A Veterans Day message from Justice Bill Cunningham
by Justin McGill, General Manager -- jmcgill@cadizrecord.com
Nov 06, 2013 | 446 446 recommendations | email to a friend | print
The following was submitted by Kentucky Supreme Court Justice Bill Cunningham:

I’m proud to be a Vietnam veteran. But I was paid for every day I was there. I went where I was told to go; did what I was told to do. I came back safe and sound in body and mind. I am no hero.

The real heroes are the 58,267 men and women whose names are inscribed on that long black Vietnam Veterans Memorial Wall in Washington, D.C. The real heroes are their families who made the ultimate sacrifice upon the altar of freedom.

The real heroes are those who came back dismembered, mangled, crippled and blind. Those who even now waste away in Veterans hospitals and rest homes; those who were robbed of their youth and their futures; those who are haunted still by the mental and emotional demons which infester their days and nights. They are the real heroes—the ones we should honor this Veterans Day. Those who have no legs to march in the parades, no arms to raise the flags, no joy left in their souls.

The first known casualty in Vietnam was Richard B. Fitzgibbon of North Weymouth, Massachusetts way back in the very early going of 1956. His name is there on the Wall, along with the name of his son, Marine Corps Lance Corporal Richard B. Fitzgibbon III, who died in Vietnam over nine years later on September 7, 1965. There are three such sets of names of fathers and sons on the Wall.

Incredibly, to those of us who served, it’s been thirty-six years since the last casualty in Vietnam. Equally astonishing is the fact that most of the surviving parents of those who died are now deceased. We hurt even today for those dead fathers and mothers who suffered so much. And some poor parents lost more than one child. There are the names of thirty-one sets of brothers on that long black wall.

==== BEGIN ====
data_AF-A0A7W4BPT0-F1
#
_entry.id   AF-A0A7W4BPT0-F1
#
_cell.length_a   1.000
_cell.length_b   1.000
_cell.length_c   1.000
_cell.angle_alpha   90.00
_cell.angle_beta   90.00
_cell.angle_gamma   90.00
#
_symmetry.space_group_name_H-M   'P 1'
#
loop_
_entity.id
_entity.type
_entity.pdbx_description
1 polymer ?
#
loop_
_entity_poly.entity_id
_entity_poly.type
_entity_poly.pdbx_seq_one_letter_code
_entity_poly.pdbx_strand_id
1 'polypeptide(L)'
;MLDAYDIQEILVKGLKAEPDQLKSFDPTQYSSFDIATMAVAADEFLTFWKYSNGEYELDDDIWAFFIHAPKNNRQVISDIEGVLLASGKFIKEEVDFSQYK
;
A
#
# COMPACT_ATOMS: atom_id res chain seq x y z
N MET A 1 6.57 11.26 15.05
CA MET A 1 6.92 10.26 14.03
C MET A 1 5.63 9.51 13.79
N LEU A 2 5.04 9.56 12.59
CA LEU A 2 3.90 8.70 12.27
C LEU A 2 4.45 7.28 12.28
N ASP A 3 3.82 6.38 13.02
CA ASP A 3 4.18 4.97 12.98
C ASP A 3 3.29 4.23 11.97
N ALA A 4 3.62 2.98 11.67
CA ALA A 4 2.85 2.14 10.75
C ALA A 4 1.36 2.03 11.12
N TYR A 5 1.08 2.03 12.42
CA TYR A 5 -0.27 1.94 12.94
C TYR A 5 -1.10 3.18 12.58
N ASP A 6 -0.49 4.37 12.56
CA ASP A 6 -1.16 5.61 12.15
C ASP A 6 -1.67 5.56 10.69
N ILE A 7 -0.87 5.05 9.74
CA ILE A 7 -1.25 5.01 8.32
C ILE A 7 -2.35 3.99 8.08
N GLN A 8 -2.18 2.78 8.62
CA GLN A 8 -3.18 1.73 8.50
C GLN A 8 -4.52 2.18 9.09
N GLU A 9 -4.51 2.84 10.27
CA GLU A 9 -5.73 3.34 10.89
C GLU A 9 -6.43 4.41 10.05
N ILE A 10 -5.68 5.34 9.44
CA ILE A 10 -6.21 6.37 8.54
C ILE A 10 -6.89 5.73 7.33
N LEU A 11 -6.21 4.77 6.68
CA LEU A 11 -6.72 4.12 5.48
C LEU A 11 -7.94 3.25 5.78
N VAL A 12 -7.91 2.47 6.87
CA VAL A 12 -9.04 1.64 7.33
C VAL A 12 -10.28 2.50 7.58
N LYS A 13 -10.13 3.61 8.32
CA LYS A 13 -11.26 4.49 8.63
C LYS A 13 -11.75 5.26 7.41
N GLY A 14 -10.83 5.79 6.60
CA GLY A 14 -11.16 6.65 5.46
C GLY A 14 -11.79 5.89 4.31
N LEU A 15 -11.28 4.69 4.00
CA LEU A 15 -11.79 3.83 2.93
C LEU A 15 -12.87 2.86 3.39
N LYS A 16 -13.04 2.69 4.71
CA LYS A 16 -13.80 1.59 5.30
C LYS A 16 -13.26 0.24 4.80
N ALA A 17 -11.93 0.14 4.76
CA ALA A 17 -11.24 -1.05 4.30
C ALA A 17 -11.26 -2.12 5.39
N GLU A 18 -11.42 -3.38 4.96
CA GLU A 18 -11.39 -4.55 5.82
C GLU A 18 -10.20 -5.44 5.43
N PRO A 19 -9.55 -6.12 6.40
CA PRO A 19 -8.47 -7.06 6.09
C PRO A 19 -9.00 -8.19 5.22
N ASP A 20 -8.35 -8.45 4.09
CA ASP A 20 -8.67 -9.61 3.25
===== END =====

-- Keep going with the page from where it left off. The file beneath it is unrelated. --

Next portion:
I can still see the image of my father standing at the fence at the airport in Paducah, waving goodbye as my plane lifted off. Looking back through the little window, I saw him getting smaller and smaller, his hand still waving as the huge silver craft got lost in the distant clouds and my face faded into the sky. Not until I had sons of my own would I know the aching heart behind that lonely wave.

Perhaps one of the most soul-wrenching statistics of that Asian war is that 3,103 of those we lost were only eighteen years old. There are 8,283 names on the Wall of youngsters who were only nineteen years old. Teenagers. Most of them had never known marriage and having children. They hadn’t watched color television. None of them would know the joys of the end of the Cold War or the everyday use of computers, microwaves, MP-3 players, cell phones, and the internet.

Almost 1,000 of my Vietnam brethren died on their first day in the Nam. Almost 1,500 died on their last day there. Tragedy was written with a stabbing exclamation point.

There are the names of 1,057 Kentuckians on that Wall of honor. West Virginia paid the biggest price per capita of any state in the blood of their young.

So, there you have it folks. A bloody, old war. The only war we ever lost, they tell us. Maybe so. But I’ve got news for you. It wasn’t lost by the guys I knew or by any of those gallant soldiers whose names are etched on that long black wall in Washington, D.C. We were there, so far away from home, for a reason. And that reason was not the same reason as those who are now safely removed from the bedlam of those dangerous times accuse us of having.

One of those brave souls was Major Michel Davis O’Donnell of Springfield, Illinois. He was a helicopter pilot killed in action a short time after he wrote these departing words. I leave his farewell with you to consider this Veterans Day as you pause in your peaceful and happy life to pay homage to our vets—our Vietnam vets.

“If you are able, save for them a place inside of you

And save one backward glance when you are leaving for the places they can no longer go.

Be not ashamed to say you loved them, though you may or may not have always.

Take what they have left and what they taught you with their dying

And keep it with your own.

And in that time when men decide

And feel safe to call the war insane,

Take one moment to embrace those gentle heroes you left behind.”
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